When you type a web address into your web browser and press ENTER, you are sending a query to a DNS server. If the query is successful, the website you want opens; if not, you'll see an error message. A record of these successful and unsuccessful queries is stored in a temporary storage location on your computer called the DNS cache. DNS always checks the cache before querying any DNS server, and if a record is found that matches the query, DNS uses that record instead of querying the server. This makes queries faster and decreases network and Internet traffic.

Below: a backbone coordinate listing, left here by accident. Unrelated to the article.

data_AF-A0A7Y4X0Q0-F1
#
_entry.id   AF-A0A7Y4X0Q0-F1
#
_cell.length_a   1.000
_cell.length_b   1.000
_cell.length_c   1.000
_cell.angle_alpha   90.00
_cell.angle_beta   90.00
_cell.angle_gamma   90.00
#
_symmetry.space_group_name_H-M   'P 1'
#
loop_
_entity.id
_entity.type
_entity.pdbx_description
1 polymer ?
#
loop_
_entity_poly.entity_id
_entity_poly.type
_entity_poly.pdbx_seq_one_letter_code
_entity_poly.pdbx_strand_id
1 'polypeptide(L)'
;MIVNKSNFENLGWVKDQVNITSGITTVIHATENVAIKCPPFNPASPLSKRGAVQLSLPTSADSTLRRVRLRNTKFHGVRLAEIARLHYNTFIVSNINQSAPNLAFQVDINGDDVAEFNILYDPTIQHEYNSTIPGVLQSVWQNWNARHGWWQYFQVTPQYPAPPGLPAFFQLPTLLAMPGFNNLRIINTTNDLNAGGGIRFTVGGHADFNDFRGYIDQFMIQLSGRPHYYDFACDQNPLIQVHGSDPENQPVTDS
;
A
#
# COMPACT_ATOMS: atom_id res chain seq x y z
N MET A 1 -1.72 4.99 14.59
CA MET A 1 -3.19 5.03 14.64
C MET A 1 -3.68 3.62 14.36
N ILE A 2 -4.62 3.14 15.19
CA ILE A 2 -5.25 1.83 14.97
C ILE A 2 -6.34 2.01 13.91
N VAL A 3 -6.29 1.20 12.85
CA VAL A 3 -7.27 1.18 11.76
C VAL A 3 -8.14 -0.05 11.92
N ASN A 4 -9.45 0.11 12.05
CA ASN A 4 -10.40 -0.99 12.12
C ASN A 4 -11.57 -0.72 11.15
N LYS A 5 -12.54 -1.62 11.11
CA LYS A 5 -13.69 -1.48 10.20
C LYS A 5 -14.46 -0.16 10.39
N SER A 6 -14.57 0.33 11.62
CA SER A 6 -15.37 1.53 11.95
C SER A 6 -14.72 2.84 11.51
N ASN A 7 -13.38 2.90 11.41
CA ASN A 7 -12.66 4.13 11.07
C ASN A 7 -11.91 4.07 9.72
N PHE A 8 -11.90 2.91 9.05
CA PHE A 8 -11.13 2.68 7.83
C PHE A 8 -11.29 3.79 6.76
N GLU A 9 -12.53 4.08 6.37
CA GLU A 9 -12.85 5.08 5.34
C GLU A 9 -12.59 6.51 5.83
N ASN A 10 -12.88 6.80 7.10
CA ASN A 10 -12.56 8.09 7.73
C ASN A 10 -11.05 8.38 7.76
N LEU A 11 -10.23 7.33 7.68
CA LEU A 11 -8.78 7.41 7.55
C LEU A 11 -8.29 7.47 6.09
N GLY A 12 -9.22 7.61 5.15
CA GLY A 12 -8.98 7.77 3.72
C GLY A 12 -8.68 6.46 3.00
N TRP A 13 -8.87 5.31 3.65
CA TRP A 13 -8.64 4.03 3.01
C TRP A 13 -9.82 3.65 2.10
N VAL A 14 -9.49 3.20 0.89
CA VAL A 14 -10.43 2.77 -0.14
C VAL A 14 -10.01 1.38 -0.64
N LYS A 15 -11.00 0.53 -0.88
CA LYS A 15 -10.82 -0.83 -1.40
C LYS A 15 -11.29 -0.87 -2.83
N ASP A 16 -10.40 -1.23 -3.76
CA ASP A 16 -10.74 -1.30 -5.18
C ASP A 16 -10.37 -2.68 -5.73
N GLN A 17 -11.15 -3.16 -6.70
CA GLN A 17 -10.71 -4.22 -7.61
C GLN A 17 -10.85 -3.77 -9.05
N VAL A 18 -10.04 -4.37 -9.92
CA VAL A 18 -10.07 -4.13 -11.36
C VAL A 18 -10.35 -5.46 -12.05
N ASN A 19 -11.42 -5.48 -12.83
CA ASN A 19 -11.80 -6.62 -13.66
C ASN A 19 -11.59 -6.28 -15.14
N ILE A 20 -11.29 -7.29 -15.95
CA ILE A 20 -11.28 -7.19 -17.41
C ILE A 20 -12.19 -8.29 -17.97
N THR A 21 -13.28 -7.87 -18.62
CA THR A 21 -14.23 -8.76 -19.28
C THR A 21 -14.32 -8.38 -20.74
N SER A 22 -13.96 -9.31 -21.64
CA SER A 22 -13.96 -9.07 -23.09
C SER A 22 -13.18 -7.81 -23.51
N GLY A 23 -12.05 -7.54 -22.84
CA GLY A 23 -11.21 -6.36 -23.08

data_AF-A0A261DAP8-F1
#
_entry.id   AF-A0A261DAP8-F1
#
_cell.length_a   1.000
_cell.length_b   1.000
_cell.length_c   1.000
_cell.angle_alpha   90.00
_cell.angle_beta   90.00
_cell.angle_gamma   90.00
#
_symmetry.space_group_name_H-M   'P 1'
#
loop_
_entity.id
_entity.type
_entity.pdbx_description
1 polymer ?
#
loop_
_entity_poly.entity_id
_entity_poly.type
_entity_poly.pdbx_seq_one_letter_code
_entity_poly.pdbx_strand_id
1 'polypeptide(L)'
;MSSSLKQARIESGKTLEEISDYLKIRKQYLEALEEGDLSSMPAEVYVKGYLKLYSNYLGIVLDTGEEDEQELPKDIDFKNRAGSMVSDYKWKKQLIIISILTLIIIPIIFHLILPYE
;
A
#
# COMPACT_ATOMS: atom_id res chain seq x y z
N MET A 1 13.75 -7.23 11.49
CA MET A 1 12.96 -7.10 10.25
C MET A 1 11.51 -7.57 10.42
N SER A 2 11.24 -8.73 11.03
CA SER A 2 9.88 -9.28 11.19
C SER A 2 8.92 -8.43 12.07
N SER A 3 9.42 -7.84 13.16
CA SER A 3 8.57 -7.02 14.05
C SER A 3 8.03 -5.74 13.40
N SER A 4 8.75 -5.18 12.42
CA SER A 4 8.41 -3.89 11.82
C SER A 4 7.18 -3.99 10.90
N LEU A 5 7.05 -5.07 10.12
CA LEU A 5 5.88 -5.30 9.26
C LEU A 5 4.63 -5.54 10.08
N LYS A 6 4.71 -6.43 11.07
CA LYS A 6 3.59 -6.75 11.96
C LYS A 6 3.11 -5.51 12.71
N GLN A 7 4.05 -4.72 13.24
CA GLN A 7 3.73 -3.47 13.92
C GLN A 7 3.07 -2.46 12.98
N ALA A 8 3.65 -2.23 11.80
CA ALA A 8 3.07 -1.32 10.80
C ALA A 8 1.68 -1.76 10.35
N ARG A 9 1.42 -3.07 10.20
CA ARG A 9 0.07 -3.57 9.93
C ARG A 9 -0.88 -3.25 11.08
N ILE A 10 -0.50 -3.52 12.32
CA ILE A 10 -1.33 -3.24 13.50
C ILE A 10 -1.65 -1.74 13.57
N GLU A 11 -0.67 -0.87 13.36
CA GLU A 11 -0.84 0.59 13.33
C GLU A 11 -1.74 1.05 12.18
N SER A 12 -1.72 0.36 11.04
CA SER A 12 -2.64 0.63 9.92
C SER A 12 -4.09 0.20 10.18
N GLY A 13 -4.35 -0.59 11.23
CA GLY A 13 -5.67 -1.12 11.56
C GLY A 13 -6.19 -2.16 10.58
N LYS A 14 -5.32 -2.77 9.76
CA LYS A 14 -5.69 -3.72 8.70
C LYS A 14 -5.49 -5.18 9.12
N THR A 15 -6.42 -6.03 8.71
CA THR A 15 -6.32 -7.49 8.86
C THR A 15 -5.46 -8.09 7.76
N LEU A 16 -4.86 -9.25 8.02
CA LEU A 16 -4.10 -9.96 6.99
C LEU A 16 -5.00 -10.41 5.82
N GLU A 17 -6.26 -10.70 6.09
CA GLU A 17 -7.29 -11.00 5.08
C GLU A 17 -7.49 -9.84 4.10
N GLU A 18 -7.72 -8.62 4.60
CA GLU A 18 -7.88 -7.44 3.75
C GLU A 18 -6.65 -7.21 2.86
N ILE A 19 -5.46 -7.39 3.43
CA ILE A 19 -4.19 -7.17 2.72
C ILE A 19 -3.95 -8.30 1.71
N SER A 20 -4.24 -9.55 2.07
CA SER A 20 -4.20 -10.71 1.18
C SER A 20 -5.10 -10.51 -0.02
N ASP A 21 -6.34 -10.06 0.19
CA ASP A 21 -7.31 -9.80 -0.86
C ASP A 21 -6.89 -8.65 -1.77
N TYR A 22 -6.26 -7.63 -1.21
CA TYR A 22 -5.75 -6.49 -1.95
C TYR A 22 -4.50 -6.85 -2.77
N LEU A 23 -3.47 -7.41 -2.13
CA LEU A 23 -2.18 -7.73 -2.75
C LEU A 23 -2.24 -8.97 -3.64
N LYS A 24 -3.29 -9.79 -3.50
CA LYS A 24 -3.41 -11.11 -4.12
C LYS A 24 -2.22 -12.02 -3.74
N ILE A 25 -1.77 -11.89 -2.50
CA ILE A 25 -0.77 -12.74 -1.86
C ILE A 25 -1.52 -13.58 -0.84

Clearing the DNS cache to discard negative cache entries from the cache, as well as any other dynamically added entries, forces DNS to query a DNS server rather than using information stored in the cache. You might want to clear the DNS cache if you are moving and changing websites, or if you are receiving repeated errors when you know the web address you are typing is correct.
This tutorial will show you how to flush and reset
the contents of the DNS
(Domain Name System
) client resolver cache when troubleshooting DNS name resolution problems in Windows.
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to be able to do the steps in this tutorial.